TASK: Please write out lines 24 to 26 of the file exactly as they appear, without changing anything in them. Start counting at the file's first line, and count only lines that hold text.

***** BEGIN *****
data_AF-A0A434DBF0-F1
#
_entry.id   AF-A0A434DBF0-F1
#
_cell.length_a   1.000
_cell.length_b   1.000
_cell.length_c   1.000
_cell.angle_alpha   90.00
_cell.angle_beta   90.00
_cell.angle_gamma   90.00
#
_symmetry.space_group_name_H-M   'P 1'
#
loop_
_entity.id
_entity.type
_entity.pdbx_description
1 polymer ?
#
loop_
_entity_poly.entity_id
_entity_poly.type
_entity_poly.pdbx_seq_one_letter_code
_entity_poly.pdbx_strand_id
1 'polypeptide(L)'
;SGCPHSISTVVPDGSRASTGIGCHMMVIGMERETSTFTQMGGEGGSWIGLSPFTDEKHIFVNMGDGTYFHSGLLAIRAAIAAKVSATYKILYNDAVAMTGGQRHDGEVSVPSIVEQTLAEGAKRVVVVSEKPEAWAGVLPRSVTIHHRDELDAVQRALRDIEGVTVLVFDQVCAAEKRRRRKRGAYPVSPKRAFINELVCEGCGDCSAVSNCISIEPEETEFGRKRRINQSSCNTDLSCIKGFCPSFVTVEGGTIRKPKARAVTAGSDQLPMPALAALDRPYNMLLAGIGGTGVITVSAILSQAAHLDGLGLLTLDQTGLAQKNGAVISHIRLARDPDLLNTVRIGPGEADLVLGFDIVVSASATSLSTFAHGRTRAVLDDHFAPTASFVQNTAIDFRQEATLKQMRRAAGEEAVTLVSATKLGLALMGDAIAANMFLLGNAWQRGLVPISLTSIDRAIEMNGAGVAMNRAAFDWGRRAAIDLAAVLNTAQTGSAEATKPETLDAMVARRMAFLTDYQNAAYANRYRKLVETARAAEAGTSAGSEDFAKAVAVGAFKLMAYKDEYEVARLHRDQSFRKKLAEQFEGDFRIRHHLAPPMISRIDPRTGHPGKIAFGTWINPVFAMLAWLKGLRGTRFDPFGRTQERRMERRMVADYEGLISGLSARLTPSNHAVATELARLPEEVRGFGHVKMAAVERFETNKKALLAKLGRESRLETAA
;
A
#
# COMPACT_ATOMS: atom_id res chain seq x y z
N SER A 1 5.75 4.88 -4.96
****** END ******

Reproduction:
_entity_poly.pdbx_strand_id
1 'polypeptide(L)'
;SGCPHSISTVVPDGSRASTGIGCHMMVIGMERETSTFTQMGGEGGSWIGLSPFTDEKHIFVNMGDGTYFHSGLLAIRAAIAAKVSATYKILYNDAVAMTGGQRHDGEVSVPSIVEQTLAEGAKRVVVVSEKPEAWAGVLPRSVTIHHRDELDAVQRALRDIEGVTVLVFDQVCAAEKRRRRKRGAYPVSPKRAFINELVCEGCGDCSAVSNCISIEPEETEFGRKRRINQSSCNTDLSCIKGFCPSFVTVEGGTIRKPKARAVTAGSDQLPMPALAALDRPYNMLLAGIGGTGVITVSAILSQAAHLDGLGLLTLDQTGLAQKNGAVISHIRLARDPDLLNTVRIGPGEADLVLGFDIVVSASATSLSTFAHGRTRAVLDDHFAPTASFVQNTAIDFRQEATLKQMRRAAGEEAVTLVSATKLGLALMGDAIAANMFLLGNAWQRGLVPISLTSIDRAIEMNGAGVAMNRAAFDWGRRAAIDLAAVLNTAQTGSAEATKPETLDAMVARRMAFLTDYQNAAYANRYRKLVETARAAEAGTSAGSEDFAKAVAVGAFKLMAYKDEYEVARLHRDQSFRKKLAEQFEGDFRIRHHLAPPMISRIDPRTGHPGKIAFGTWINPVFAMLAWLKGLRGTRFDPFGRTQERRMERRMVADYEGLISGLSARLTPSNHAVATELARLPEEVRGFGHVKMAAVERFETNKKALLAKLGRESRLETAA